World Hemophilia Day is held annually on April 17 by the World Federation of Hemophilia (WFH). This day aims at bringing awareness to hemophilia and other bleeding disorders. It was started on 17 April 1989. The date 17 April was chosen in honour of Frank Schnabel's birthday.
This year's theme is 'Adapting to Change, sustaining care in a new world.'
The main goal of World Hemophilia Day is to bring the global bleeding disorder community together.
The Covid-19 pandemic has had a major impact on people, especially on people with a bleeding disorder.
What is Hemophilia?
Hemophilia is usually an inherited bleeding disorder in which the blood doesn't clot properly. This can lead to spontaneous bleeding as well as bleeding following injuries or surgery. Blood contains many proteins called clotting factors that can help to stop bleeding. People with hemophilia have low levels of either factor 8 or factor 9. The severity of Hemophilia that a person has is determined by the amount of factor in the blood. The lower the amount of the factor, the more likely it is that bleeding will occur which can lead to serious health problems.
In rare cases, a person can develop hemophilia later in life. The majority of cases involve middle-aged or elderly people, or young women who have recently given birth or are in the later stages of pregnancy. This condition often resolves with appropriate treatment.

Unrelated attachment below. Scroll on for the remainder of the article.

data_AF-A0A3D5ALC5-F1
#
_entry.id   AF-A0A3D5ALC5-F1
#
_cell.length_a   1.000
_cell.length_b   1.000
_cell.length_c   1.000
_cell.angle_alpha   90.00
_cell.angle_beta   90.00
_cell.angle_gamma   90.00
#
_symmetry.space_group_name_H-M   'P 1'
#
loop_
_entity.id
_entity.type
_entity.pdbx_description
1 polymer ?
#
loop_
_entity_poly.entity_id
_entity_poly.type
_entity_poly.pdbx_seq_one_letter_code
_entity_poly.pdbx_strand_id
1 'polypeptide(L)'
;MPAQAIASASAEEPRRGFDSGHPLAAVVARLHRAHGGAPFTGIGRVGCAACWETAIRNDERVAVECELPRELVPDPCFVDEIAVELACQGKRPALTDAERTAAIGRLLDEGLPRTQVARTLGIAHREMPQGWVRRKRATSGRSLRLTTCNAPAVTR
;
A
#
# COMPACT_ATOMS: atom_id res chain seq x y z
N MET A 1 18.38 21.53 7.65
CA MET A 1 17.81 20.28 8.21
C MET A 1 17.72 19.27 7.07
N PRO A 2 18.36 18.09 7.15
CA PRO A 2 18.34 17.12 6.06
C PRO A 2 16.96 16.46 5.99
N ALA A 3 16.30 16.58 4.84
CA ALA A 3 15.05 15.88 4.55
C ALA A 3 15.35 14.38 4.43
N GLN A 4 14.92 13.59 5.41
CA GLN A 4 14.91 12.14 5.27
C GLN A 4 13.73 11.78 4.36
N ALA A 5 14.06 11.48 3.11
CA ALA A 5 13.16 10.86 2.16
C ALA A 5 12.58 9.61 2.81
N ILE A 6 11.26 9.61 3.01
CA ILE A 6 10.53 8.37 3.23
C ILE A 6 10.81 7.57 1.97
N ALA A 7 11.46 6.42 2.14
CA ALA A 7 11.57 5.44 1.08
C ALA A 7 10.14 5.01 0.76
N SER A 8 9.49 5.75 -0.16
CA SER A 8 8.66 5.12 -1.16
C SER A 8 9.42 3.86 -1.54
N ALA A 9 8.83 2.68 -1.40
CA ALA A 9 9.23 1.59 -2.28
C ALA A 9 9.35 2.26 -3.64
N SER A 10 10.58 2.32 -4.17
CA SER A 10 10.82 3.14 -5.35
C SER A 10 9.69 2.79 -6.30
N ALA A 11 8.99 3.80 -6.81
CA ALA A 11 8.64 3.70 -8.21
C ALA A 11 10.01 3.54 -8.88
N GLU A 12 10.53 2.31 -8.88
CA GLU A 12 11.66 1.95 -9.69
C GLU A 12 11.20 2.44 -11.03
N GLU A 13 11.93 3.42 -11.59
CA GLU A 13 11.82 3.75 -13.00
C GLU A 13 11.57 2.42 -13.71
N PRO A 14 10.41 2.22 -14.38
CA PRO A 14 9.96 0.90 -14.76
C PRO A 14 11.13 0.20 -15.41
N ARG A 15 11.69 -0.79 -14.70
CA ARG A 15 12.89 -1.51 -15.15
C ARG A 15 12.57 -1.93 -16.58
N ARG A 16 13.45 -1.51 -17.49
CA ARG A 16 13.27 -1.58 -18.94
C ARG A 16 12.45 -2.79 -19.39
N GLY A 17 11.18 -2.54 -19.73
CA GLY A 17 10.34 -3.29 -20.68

Signs and Symptoms:
Bleeding into the joints. This can cause swelling and pain or tightness in the joints, it often affects the knees, elbows and ankles.
Bleeding into the skin (which is bruising) or muscle and soft tissue causing a build-up of blood in the area (called a hematoma).
Bleeding of the mouth and gums and bleeding that is hard to stop after losing a tooth.
Bleeding after circumcision.
Bleeding after vaccinations.
Bleeding in the head of an infant after a difficult delivery.
Blood in the urine or stool.
Frequent and hard-to-stop nosebleeds.
The best way to treat Hemophilia is to replace the missing blood clotting factor so that the blood can clot properly. This is done by infusing commercially prepared factor concentrates.
People with hemophilia can learn how to perform these infusions themselves so that they can stop bleeding episodes and by performing the infusions on a regular basis, they can even prevent most bleeding episodes.
Good quality medical care from doctors and nurses who know a lot about the disorder can help prevent some serious problems.
Often the best choice for care is to visit a comprehensive Hemophilia Treatment Center (HTC). An HTC not only provides care to address all issues related to the disorder, but also provides health education that helps people with hemophilia stay healthy.